#Border Control

Morphing: from impostors to spoofing

New Technology
6 Mins.

Fraudsters are increasingly using easily accessible digital manipulation techniques in morphing attacks. Harder to detect than classic presentation attacks, morphing attacks challenge governments to take tighter control of the issuing process. Meanwhile, increased effort is being put into researching morphing detection using advanced computational techniques

Remember the hours dutifully spent queuing for a border guard to manually check your passport? Those days are thankfully over in many airports. The use of automated face recognition speeds up airport security checks, making your passage through passport control safer, smoother, and hassle free.

Whether at border control or unlocking smartphones, biometric recognition systems are becoming more widespread and sophisticated. As with any new technology, though, there are challenges: biometric authentication can fall prey to morphing or presentation attacks.

What is morphing?

According to NIST, “Face morphing is an image manipulation technique where two or more subjects’ faces are morphed or blended together to form a single face in a photograph.”1

With morphing, criminals try to trick face recognition systems, like the ones used at border control. During the passport application process they present a photo with a merged image from two or more different individuals.

In this way, two or more people can use a single passport with this photo. In comparison, a presentation attack requires the illegitimate traveler to wear a mask or other means to deceive the automated face recognition system.

Same, same but different

Face of a woman morphed in three steps
Morphing attacks are far harder to detect than classic presentation attacks

Morphing is clearly a technique that needs to be taken seriously. The attack is far harder to detect than classic presentation attacks.

The photograph has to be processed by special algorithms to detect irregularities left by the morphing process. New morphing techniques are in a constant race with new detection methods: continuous research is necessary. Today, artificial intelligence (AI) plays a major role in detecting these attacks.

Of course, the best way to prevent morphing is to make sure that the photo can’t be manipulated when it’s created. However, this is only possible if you’re in control of the issuing process, unlike with foreign passports, explains Frank Schmalz, VP Head of Innovations at Veridos GmbH.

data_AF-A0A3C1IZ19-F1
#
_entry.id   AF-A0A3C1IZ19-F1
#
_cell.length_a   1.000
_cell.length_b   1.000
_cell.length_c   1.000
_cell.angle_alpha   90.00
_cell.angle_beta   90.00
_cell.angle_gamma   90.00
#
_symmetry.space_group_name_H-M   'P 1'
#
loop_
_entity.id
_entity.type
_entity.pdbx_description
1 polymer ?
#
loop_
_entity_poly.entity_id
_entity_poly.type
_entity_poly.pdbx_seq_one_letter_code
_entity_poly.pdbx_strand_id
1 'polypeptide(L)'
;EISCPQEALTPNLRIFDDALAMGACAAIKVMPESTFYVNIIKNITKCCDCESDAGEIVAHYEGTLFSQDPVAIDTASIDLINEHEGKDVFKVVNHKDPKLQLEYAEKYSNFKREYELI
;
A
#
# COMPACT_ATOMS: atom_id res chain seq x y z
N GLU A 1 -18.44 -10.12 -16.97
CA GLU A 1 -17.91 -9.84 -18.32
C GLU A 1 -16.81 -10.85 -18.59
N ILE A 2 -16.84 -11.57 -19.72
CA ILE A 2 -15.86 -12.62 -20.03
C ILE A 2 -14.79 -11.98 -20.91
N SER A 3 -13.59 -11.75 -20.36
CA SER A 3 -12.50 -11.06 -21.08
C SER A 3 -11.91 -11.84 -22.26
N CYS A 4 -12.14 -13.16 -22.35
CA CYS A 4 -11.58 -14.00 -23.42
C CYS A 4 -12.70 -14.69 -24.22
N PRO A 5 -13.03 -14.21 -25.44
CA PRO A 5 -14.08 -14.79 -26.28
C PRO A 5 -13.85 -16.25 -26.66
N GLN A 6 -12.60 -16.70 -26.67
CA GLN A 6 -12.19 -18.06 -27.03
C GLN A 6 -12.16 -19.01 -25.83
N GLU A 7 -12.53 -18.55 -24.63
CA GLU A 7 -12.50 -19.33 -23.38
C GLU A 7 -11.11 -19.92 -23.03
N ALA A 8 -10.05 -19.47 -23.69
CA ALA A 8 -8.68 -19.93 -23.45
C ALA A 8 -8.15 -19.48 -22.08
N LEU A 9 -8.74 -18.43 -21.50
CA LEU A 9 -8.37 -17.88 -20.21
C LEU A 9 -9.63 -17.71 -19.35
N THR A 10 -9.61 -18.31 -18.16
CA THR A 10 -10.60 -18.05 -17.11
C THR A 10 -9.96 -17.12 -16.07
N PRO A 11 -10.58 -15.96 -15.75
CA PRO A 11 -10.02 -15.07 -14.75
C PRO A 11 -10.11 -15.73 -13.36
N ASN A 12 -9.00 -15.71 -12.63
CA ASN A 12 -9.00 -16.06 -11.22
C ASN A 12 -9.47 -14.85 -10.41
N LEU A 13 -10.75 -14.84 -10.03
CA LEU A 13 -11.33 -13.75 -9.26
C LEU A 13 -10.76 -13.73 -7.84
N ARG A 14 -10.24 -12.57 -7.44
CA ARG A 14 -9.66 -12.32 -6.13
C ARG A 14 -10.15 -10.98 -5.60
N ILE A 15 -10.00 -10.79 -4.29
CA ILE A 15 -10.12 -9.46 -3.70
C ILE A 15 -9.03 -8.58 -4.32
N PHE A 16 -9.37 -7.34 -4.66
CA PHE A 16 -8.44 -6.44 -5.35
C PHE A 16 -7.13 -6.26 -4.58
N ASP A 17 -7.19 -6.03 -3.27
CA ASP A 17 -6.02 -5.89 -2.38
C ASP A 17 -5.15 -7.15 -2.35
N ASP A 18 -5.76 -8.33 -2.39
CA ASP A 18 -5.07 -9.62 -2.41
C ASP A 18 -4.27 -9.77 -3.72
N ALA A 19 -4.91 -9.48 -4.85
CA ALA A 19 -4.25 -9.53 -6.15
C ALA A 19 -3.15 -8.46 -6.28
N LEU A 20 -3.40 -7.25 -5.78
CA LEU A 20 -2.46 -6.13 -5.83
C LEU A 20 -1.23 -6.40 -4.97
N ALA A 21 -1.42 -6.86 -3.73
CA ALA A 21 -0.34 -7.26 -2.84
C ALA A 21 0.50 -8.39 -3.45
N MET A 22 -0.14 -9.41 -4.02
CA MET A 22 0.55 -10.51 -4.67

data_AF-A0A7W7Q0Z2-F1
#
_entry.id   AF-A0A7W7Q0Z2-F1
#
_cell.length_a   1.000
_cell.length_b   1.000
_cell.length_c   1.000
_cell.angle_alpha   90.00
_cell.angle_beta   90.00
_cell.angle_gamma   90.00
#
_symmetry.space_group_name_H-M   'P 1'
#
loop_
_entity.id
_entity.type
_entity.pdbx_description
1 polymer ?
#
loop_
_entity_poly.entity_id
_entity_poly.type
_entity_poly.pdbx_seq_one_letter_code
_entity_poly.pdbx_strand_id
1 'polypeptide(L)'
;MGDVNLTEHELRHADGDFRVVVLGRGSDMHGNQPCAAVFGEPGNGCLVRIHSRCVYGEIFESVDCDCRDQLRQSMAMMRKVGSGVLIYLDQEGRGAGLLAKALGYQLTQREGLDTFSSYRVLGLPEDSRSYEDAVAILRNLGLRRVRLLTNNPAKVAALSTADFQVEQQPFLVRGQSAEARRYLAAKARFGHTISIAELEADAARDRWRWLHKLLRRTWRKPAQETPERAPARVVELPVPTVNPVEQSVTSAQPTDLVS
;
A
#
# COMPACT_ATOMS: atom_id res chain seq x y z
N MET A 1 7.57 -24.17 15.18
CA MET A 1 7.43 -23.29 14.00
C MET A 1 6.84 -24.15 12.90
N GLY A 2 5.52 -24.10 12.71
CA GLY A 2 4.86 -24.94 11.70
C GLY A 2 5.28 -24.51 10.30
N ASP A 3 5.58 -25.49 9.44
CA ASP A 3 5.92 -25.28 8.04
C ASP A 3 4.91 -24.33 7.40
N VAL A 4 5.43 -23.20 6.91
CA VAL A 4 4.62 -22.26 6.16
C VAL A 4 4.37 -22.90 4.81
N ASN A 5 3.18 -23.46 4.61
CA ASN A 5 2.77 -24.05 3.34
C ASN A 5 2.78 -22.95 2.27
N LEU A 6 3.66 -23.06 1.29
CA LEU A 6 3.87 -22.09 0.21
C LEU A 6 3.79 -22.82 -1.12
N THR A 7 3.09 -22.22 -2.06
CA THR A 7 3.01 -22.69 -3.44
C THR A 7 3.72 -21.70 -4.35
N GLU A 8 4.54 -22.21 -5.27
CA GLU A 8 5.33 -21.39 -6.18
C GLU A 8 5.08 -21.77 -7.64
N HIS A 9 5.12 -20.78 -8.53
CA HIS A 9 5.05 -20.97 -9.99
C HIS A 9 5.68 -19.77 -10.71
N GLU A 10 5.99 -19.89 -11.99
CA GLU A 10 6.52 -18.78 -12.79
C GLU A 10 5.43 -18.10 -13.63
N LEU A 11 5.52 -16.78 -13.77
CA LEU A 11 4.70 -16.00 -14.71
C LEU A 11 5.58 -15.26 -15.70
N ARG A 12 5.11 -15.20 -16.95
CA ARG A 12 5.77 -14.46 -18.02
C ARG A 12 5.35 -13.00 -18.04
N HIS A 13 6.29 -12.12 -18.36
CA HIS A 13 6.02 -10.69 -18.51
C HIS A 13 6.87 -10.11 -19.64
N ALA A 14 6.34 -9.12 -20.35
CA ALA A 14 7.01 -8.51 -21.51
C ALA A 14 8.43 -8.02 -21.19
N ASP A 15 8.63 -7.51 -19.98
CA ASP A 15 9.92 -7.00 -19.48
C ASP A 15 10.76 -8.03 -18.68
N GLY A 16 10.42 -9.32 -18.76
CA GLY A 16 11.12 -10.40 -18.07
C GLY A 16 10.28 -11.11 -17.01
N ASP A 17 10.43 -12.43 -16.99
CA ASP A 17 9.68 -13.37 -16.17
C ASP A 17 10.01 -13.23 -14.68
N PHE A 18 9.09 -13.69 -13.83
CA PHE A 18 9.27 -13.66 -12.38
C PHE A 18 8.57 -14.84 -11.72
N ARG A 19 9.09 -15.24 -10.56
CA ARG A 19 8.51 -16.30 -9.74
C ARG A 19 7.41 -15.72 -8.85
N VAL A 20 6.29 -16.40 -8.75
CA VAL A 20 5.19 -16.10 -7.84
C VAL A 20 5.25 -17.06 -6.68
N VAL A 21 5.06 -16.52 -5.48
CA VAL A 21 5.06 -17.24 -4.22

“New morphing techniques are in a constant race with new detection methods“
Frank Schmalz
VP Head of Innovations at Veridos GmbH

EU Research: PROTECT and D4Fly

As one of the world’s leading identity solution providers, Veridos ensures that its biometrics technology is continuously advanced to stay ahead of the game. In this way, it can strengthen European smart borders to aid law enforcement, adds Rafaela Pernice, Deputy Head of PR & Marketing Communications at Veridos GmbH.

To this effect, Veridos is leading an EU-funded research project called D4Fly, working with 18 partners to make border crossing faster and more secure and significantly decrease fraud. State-of-the-art border control solutions under review include biometrics-on-the-fly, document forgery detection, and the benefits of blockchain technology in identity verification.

D4Fly is also putting significant effort into developing new methods of morphing detection with AI. Testing and demonstration will focus on four different border control points and one document fraud expertise center in the UK, Greece, Lithuania, and the Netherlands.

Moreover, Veridos has co-coordinated PROTECT: another EU-funded project on biometrics and no-gate crossing technology. This examines emerging and contactless biometrics and less obtrusive methods of biometric data capture and verification. Other areas under research included “biometric corridors,” through which travelers can pass without having to stop.

  1. NISTIR 8292 Face Recognition Vendor Test (FRVT) Part 4: MORPH – Performance of Automated Face Morph Detection, Mei Ngan, Patrick Grother, Kayee Hanaoka, Jason Kuo, 2020

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